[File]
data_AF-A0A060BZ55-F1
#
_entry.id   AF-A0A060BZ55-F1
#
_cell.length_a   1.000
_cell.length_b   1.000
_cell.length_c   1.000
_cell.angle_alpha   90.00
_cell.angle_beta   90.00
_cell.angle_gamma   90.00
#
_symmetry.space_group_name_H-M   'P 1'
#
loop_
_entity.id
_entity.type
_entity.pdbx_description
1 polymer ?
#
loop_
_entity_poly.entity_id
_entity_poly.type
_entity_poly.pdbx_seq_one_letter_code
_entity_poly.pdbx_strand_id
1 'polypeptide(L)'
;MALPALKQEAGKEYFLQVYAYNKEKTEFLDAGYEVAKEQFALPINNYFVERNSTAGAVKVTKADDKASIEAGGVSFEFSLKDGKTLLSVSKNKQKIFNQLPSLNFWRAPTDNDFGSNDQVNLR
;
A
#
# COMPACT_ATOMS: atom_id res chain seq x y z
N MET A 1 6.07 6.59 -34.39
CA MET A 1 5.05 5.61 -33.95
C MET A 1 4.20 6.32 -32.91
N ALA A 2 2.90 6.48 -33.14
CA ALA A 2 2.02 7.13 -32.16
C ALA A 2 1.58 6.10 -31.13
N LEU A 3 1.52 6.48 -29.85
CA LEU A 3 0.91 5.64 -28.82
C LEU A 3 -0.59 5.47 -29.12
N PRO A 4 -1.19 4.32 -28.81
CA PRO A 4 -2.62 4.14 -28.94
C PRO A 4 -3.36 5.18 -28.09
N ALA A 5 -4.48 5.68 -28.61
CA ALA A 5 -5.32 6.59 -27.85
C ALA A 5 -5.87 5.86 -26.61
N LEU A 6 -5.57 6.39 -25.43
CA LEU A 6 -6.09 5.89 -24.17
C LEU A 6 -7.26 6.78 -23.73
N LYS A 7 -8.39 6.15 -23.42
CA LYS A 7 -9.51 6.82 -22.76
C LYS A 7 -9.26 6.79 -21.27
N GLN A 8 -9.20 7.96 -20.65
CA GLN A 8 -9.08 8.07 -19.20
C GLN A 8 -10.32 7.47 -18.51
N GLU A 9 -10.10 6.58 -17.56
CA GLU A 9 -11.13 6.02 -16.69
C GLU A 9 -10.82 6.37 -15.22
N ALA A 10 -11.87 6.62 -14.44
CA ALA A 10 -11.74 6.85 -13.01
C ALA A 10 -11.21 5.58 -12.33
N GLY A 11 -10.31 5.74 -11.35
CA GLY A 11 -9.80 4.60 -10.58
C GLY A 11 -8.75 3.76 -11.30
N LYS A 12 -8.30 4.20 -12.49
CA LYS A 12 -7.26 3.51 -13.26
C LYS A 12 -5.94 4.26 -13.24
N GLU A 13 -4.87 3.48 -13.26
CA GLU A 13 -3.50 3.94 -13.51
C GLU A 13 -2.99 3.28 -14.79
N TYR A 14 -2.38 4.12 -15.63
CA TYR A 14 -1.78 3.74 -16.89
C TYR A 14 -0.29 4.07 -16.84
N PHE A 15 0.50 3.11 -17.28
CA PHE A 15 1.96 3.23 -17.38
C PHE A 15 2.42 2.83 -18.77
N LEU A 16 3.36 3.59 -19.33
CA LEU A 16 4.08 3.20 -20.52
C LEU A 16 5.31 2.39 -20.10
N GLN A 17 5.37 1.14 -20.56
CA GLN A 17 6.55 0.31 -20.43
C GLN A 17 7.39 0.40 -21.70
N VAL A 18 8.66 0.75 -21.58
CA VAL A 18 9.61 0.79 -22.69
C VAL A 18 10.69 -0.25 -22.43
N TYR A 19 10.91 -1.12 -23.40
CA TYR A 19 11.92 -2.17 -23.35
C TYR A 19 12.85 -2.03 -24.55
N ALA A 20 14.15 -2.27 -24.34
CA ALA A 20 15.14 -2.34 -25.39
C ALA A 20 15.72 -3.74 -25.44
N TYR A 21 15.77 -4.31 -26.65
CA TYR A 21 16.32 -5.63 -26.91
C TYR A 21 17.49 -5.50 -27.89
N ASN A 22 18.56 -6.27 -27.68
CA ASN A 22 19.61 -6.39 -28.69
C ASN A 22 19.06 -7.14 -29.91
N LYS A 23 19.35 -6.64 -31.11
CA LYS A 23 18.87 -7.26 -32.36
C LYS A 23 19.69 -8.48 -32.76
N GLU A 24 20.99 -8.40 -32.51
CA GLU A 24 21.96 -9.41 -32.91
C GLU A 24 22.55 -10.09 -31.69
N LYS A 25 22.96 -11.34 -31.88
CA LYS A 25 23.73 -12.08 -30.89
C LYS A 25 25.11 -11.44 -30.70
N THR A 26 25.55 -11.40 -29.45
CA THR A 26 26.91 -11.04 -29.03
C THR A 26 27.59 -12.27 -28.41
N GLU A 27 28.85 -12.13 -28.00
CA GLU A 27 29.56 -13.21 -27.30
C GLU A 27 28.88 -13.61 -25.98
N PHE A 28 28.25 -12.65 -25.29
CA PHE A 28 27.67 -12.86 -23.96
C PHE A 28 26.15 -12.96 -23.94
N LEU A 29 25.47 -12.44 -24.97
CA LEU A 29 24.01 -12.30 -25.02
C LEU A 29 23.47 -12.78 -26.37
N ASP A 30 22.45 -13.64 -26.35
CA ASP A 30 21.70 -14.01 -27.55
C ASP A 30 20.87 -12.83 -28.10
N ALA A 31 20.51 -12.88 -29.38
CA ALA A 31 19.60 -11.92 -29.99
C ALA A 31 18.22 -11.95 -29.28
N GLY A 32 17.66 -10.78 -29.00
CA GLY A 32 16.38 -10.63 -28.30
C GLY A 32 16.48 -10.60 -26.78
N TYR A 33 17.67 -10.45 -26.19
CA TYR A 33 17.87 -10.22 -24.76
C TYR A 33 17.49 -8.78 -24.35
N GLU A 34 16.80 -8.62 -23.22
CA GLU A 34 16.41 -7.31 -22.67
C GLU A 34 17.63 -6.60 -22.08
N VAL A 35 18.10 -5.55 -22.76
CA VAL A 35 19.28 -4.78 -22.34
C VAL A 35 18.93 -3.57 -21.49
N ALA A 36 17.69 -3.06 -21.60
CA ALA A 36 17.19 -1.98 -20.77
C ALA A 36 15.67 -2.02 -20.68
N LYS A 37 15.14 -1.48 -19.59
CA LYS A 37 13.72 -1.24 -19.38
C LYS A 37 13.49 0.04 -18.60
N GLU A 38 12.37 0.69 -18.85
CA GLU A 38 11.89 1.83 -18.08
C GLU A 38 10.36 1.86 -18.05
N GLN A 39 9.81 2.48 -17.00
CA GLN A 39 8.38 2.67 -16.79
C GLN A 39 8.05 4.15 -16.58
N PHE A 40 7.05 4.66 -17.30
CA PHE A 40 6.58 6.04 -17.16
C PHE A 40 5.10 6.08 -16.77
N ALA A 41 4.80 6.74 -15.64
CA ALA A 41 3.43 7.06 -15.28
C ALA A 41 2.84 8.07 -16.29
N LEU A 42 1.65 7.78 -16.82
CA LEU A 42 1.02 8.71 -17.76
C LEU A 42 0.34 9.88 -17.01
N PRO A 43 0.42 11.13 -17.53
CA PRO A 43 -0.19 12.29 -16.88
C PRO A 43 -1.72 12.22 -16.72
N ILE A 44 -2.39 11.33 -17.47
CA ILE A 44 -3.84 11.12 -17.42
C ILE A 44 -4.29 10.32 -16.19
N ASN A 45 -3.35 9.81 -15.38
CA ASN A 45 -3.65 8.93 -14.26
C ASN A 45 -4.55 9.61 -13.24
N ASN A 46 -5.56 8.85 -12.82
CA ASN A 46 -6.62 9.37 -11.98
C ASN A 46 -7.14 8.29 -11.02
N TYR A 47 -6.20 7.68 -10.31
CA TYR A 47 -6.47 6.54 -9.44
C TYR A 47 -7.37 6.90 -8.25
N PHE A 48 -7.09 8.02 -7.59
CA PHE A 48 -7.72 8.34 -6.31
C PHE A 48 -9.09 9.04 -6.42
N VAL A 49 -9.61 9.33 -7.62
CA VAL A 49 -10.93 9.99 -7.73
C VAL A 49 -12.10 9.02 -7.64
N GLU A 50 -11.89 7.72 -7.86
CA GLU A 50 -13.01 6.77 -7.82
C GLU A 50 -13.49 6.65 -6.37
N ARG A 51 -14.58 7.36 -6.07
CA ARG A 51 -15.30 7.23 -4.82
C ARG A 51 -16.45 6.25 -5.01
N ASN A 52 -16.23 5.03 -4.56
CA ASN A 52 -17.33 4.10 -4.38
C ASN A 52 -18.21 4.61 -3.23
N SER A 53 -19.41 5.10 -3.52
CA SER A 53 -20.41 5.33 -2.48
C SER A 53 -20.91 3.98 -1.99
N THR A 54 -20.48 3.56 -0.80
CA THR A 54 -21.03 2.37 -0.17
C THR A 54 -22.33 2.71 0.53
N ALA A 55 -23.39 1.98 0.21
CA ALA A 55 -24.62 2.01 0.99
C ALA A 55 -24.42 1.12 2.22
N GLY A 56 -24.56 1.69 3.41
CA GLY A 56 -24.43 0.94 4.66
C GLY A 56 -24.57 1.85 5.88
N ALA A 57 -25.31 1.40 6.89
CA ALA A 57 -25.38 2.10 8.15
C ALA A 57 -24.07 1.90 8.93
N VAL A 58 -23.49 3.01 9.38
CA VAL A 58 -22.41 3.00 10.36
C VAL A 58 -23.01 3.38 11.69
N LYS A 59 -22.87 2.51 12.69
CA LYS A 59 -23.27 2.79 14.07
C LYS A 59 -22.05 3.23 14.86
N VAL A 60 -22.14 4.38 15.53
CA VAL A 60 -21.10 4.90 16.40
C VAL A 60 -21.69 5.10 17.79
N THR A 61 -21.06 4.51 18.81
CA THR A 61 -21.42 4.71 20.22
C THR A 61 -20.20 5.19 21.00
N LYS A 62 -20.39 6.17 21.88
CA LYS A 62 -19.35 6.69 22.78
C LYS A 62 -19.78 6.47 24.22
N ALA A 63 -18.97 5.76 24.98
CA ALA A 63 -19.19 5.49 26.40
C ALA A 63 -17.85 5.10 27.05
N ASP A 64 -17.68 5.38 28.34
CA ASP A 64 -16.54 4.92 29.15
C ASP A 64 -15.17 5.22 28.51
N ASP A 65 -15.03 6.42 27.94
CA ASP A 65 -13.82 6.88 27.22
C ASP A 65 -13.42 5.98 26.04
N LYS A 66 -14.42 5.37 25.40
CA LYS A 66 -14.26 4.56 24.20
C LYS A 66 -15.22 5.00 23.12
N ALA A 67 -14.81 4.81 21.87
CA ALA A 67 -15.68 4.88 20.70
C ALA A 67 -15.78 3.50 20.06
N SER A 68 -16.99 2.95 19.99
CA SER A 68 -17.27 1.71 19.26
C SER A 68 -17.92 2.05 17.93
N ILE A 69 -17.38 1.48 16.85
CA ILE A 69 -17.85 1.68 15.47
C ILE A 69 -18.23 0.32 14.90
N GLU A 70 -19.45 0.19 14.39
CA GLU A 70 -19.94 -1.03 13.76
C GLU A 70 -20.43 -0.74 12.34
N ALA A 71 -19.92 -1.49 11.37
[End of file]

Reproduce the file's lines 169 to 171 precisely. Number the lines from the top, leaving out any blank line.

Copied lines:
N TYR A 47 -6.20 7.68 -10.31
CA TYR A 47 -6.47 6.54 -9.44
C TYR A 47 -7.37 6.90 -8.25